In 2014, Arlene Conque visited Haiti for the first time to see Sarah and meet Nika, just before Sarah obtained the medical visa to return to the United States for Nika’s treatment. Arlene describes the experience: Until I was there, I had no idea what “nothing” meant. In the US, we complain about lack of opportunity and resources, but there is always somewhere to turn. Not that it’s easy, not that we don’t struggle. But we have no concept of what “nothing” truly is. I am at a loss to describe what I encountered. My words fail to describe the reality I saw. 

But Arlene was also inspired by the love and acceptance her daughter received from the villagers of Ouanaminthe, where Sarah served as a missionary with the local orphanage — especially from the mothers who drew hope from her presence. Sarah saw their great need, and had not abandoned them, but embraced them, providing not only valuable material resources, but compassion without judgment. 

She confronted the realities of unavailable healthcare, tragic and often preventable suffering, and the appalling lack of basic sanitation and clean water. Often, her heart broke. Yet the following day, she would return to them, trusting in the path God intended for her.

Bringing Hope, Affecting Change, One Child At a Time

Profound poverty often is accompanied by the profound lack of education, a void often filled with superstition and judgment. Fear based beliefs regarding disease and disability isolate Haitian families from their communities and alienate mothers from their children. Like many other poor countries, Haiti often lacks understanding of its disability culture. A condition such as hydrocephalus for example is often seen as a mark of sin or God’s punishment.

Sarah believes that the neglect, abuse and abandonment of persons, especially children, with disabilities arise from lack of education. It is not that Haitians love their children any less—only that people fear what they do not understand. With prevention or simple treatment, many diseases and conditions can be avoided or healed, and families made emotionally whole again. Even when a cure cannot be achieved, a diagnosis may be mitigated through treatment and education.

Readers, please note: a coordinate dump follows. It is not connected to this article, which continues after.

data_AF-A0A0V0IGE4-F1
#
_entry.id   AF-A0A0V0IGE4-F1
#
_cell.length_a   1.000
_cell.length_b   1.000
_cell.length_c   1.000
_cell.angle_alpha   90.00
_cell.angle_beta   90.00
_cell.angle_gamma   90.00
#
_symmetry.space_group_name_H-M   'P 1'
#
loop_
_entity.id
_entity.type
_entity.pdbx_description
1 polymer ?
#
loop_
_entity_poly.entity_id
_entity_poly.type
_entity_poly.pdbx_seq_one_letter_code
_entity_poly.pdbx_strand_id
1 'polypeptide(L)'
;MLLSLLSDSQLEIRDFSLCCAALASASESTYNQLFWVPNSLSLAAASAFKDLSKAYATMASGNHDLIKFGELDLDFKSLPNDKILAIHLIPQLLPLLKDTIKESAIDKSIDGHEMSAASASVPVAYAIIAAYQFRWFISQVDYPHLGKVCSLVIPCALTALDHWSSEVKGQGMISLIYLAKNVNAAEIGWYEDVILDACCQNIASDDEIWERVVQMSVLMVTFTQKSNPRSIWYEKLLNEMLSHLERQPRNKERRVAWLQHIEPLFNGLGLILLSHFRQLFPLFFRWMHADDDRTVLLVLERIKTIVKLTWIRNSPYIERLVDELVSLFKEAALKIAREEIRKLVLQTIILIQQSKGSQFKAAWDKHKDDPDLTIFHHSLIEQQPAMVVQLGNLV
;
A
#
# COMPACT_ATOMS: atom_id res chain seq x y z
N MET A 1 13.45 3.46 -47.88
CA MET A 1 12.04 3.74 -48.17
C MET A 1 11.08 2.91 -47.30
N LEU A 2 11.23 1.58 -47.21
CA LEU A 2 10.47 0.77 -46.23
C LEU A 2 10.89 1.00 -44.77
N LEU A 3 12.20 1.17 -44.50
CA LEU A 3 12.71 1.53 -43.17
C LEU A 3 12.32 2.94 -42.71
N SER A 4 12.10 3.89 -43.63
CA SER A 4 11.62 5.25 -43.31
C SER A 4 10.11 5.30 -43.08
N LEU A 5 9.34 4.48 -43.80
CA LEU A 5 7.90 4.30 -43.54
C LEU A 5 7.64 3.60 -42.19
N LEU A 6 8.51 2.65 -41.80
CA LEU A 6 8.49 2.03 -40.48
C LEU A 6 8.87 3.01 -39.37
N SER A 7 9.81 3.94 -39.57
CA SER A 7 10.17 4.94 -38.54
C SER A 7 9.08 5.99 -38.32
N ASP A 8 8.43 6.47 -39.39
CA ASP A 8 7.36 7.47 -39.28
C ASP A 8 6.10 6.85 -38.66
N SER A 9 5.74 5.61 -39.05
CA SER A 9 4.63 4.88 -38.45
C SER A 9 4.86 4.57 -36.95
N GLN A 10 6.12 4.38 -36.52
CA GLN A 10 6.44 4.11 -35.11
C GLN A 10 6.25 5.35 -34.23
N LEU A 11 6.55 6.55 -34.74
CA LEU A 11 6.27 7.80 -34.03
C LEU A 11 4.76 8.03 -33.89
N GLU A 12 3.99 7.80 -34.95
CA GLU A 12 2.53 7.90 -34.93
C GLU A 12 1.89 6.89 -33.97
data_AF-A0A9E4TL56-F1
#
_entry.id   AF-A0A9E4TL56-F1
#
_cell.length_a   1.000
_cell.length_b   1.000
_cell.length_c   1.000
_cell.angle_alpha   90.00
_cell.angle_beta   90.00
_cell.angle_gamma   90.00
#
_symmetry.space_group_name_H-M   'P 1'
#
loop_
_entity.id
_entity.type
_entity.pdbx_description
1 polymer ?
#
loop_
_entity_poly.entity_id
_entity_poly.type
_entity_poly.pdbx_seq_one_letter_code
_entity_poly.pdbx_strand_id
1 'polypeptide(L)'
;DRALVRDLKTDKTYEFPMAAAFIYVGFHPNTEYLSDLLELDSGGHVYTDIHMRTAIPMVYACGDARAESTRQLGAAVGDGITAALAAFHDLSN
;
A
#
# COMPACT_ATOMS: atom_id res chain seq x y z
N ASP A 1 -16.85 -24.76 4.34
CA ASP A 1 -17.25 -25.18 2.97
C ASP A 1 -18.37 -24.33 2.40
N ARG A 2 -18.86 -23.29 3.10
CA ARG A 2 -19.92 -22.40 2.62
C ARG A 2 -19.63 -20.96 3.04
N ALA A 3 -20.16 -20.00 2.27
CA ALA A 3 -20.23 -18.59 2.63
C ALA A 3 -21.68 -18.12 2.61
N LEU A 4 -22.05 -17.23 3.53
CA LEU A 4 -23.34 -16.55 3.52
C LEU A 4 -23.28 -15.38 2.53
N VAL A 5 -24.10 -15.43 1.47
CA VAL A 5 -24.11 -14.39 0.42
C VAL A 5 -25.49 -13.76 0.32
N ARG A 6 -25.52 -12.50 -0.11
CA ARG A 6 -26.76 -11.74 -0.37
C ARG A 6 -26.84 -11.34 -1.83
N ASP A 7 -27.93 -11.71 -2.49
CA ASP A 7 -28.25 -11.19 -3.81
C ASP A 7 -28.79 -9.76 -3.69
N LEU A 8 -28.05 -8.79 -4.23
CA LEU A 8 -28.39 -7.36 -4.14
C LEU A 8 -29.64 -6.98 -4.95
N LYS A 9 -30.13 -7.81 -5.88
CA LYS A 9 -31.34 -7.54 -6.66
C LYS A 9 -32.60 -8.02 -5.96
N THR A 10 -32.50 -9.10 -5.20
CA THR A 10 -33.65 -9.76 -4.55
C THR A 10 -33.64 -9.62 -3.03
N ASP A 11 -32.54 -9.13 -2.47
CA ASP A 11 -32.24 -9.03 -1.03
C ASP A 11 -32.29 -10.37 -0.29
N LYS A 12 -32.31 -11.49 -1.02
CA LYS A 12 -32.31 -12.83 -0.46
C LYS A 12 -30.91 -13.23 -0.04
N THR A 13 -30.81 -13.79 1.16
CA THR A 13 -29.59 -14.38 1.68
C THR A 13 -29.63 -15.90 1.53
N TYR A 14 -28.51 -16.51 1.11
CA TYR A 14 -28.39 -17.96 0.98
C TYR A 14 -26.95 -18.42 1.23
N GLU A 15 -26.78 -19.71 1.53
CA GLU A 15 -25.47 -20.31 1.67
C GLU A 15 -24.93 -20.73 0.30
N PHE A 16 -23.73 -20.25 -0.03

Sarah noticed a subtle shift in the attitudes of mothers when she displayed acceptance and affection for their children who were ill or disabled. These mothers and children had known little compassion. Sarah modeled warmth and non-judgment, giving hope, and empowering independence and self sufficiency, always with family preservation and orphan prevention in mind.

A True Humanitarian

Conque is a passionate advocate for the protection of the rights and dignity of persons with disabilities in Haiti. She hopes over time to transform cultural attitudes toward illness and disability through education and enlightened support that will create a ripple effect throughout the greater society. Sarah strives to give a voice to persons unable to speak for themselves, and to minister to communities in desperate need of resources for the caring of persons with disabilities.

She plans to return to Haiti in the near future to establish a sustainable Therapeutic Recreation program whose mission will be to provide long-lasting services to impoverished families for years to come. Conque hopes to spread awareness of the possibilities of practice for other therapists like her, since numerous places throughout the world could benefit from Therapeutic Recreation.

The challenges for Sarah and others who aspire to her mission present emotional, physical, and spiritual obstacles, but she has powerfully demonstrated that change can and must be made.

To learn more about Nika’s journey and how you can help, visit